Idaho is blessed with more than 5 million acres of cropland, although there is now 16% less than there was 35 years ago.

Table 5

Idaho Cropland
by County

Adams Bear Lake Benewah Jefferson Bingham Blaine Boise Bonner Caribou Teton Bonneville Boundary Butte Camas Canyon Ada -30% Clark Clearwater Custer Elmore Franklin Fremont Gem Gooding Idaho Kootenai Lemhi Lincoln Madison Minidoka Lewis Nez Perce Latah Owyhee Payette Minidoka Oneida Bannock Power Jerome Twin Falls Valley Washington Cassia Total

Much of the decline was due to conversion to pastureland or other rural land use categories, such as the Conservation Reserve Program. The rest was due to population-driven urban development. Idaho is experiencing the most rapid population growth of any state in the country, driving the urban sprawl that, decade after decade, steadily nibbles away at this precious, irreplaceable resource.

Idaho lost over 370,000 acres (582 square miles) of rural and agricultural lands from 1982-2017, mostly due to Idaho’s rapidly growing population; no state in the country is growing faster.

The American Farmland Trust projects more than 100,000 additional acres will be lost by 2040 unless the status quo changes. Idahoans are committed to protecting those lands.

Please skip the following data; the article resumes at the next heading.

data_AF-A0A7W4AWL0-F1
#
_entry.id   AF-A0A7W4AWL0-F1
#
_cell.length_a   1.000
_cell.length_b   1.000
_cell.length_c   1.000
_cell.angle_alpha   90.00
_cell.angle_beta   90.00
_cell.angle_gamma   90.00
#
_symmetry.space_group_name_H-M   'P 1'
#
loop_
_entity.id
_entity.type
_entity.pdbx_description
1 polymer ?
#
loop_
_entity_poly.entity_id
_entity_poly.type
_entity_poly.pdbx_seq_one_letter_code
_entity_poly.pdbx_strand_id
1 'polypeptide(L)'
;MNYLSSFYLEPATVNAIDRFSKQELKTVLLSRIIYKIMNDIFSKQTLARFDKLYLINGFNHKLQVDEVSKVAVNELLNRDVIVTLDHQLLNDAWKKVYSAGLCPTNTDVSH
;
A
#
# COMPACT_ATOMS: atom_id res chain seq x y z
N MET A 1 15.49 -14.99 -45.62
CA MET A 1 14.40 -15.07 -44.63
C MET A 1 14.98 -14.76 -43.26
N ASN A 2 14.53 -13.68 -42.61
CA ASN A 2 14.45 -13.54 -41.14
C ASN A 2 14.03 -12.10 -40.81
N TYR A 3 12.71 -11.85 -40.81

Government data show that the United States now has about one-third less cropland for each American than it did 30 years ago. How important is it to protect U.S. farmland from development so the United States is able to produce enough food to feed Americans in the future?

81% 14% 3% 2% 0% veryimportant somewhatimportant not veryimportant not sure not at allimportant

In Idaho, approximately 3.3 million acres of farmland are irrigated, and irrigation is crucial to food production in the state. Cities and towns compete for scarce water with agriculture. Should water used to irrigate farmland be diverted to support additional human population growth in Idaho?

73% 14% 12% 73% 14% 12% water should not be diverted from agriculture to support more residents not sure water should be diverted from agriculture to support more residents

More than three-quarters of Idaho’s 582 square miles of lost open space, rural and agricultural lands since 1982 has been due to Idaho’s population growth.

State Population Growth


(last decade) Ranked by Percentage

Table 2

Idaho Population Growth Due to Natural Increase and Net Migration


Net Migration
(in-migration minus out-migration)
Natural Increase
(births minus deaths)

IdahoPopulation Growth Due Directly to International Net Migration


Growth Unrelated to International Immigration
Growth Directly and Indirectly due to International Immigration

Solutions Idahoans Support

56% of Idaho voters want local and state governments to make it more difficult for people to move to Idaho from other states by restricting development

54% Idaho voters favor reducing immigration.